Economy scheduled for collapse in 2011
On or about Jan. 1, 2011, federal, state and local tax rates are scheduled to rise quite sharply. President George W. Bush’s tax cuts expire on that date, meaning that the highest federal personal income tax rate will go 39.6% from 35%, the highest federal dividend tax rate pops up to 39.6% from 15%, the capital gains tax rate to 20% from 15%, and the estate tax rate to 55% from zero. Lots and lots of other changes will also occur as a result of the sunset provision in the Bush tax cuts.
Now, if people know tax rates will be higher next year than they are this year, what will those people do this year? They will shift production and income out of next year into this year to the extent possible. As a result, income this year has already been inflated above where it otherwise should be and next year, 2011, income will be lower than it otherwise should be.
Also, the prospect of rising prices, higher interest rates and more regulations next year will further entice demand and supply to be shifted from 2011 into 2010. In my view, this shift of income and demand is a major reason that the economy in 2010 has appeared as strong as it has. When we pass the tax boundary of Jan. 1, 2011, my best guess is that the train goes off the tracks and we get our worst nightmare of a severe “double dip” recession.
I guess we’ll know in about 9 months (end of first quarter 2011). Of course if Laffer is right everyone will find a reason why some other effect caused the second dip of the double dip recession. If he is wrong it will be taken as proof that taxes don’t matter. I haven’t read Friedman’s “Monetary History” in depth but it seems to me that we are following the path he described as causing the majority of the Great Depression, increasing taxes and decreasing gov’t spending / the money supply at a time when we should be doing neither of those things.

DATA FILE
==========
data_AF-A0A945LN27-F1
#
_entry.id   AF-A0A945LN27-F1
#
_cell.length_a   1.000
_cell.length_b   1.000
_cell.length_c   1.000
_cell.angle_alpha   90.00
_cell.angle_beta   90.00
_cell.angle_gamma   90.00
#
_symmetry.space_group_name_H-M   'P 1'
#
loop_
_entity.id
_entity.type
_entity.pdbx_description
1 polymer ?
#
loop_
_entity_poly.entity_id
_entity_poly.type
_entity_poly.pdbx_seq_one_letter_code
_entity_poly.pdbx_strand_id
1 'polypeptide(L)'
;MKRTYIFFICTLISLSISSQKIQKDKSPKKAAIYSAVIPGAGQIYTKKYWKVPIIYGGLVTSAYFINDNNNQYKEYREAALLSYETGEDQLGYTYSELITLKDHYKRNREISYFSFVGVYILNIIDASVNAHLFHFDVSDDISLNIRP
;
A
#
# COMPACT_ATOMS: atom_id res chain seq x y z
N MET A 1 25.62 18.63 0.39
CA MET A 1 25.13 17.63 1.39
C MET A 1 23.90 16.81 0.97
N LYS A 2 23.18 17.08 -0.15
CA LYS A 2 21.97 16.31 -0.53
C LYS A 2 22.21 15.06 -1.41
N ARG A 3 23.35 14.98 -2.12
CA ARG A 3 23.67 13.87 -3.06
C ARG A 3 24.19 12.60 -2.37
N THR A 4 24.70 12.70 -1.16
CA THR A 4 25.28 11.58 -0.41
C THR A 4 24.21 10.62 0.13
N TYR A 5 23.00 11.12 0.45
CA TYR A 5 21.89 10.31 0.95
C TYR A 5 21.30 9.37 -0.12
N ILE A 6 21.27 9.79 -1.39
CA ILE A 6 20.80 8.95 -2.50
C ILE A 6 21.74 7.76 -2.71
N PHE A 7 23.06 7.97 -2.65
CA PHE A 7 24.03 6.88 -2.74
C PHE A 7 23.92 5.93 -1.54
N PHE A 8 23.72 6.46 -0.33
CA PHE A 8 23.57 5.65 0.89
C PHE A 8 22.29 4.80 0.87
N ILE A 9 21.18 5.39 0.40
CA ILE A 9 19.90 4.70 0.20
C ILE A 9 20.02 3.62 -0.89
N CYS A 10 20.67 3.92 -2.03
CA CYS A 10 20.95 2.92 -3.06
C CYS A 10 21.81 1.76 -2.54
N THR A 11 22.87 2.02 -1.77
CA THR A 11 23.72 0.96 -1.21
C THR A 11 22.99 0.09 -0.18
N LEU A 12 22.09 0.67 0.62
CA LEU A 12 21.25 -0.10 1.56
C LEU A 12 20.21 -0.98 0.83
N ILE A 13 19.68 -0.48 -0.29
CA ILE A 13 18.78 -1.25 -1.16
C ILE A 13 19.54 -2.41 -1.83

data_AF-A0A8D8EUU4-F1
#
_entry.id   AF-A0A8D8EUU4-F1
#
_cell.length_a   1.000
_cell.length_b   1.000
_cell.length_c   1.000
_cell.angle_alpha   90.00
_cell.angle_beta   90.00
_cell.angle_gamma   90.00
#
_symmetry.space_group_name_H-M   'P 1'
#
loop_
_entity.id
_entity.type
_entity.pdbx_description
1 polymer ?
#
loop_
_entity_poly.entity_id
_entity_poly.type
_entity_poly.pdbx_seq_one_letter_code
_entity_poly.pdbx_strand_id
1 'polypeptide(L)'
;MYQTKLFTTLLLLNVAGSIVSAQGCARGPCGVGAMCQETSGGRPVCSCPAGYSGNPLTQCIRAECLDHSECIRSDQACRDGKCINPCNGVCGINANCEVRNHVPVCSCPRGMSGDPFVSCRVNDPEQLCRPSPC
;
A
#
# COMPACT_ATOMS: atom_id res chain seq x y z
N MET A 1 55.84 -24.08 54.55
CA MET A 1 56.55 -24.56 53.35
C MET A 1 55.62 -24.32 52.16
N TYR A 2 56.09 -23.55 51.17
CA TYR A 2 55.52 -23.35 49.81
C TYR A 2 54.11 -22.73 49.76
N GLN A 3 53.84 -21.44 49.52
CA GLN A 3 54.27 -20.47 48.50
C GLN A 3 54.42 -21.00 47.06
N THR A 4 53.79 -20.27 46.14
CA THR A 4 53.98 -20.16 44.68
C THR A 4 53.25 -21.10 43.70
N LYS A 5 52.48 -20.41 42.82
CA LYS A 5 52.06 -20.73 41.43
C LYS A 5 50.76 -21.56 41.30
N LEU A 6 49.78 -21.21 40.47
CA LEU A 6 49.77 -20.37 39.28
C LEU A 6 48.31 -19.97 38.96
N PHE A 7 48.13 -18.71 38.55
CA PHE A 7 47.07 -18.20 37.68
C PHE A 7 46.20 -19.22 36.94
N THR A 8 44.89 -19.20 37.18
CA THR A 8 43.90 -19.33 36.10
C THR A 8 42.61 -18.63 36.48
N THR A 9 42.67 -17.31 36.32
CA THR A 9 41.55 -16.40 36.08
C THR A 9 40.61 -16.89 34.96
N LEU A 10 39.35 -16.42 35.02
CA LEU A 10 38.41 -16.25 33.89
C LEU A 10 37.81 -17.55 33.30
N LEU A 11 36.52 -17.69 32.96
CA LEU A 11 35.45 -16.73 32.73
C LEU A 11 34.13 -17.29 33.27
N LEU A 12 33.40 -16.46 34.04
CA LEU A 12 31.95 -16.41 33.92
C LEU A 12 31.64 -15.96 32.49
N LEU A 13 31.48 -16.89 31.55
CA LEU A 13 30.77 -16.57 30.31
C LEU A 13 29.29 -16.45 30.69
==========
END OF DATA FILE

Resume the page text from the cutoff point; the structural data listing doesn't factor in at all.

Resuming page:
Good God No! – Beck University? I think the world just threw up in my mouth a little bit.
The International Baccalaureate program is apparently catching on in more and more schools. I’m not sure this is really that good a thing – I am for improving education and the student learning experience but this seems to be aimed at to narrow a slice of the population. Personally I would rather see measures taken that improve educational outcomes for everybody not just the top 10% of a schools students. (No I don’t know exactly what those would be, but I would bet that “tracking” is one. Using testing to identify where exactly a student is in their knowledge and getting them into a class with others at the same level so everyone can move at their own optimal speed).
Gulf oil spill likely to reach Florida Keys, Miami, report says – are they sure or are we just seeing the after effects of the visit from the Jersey Shore gang?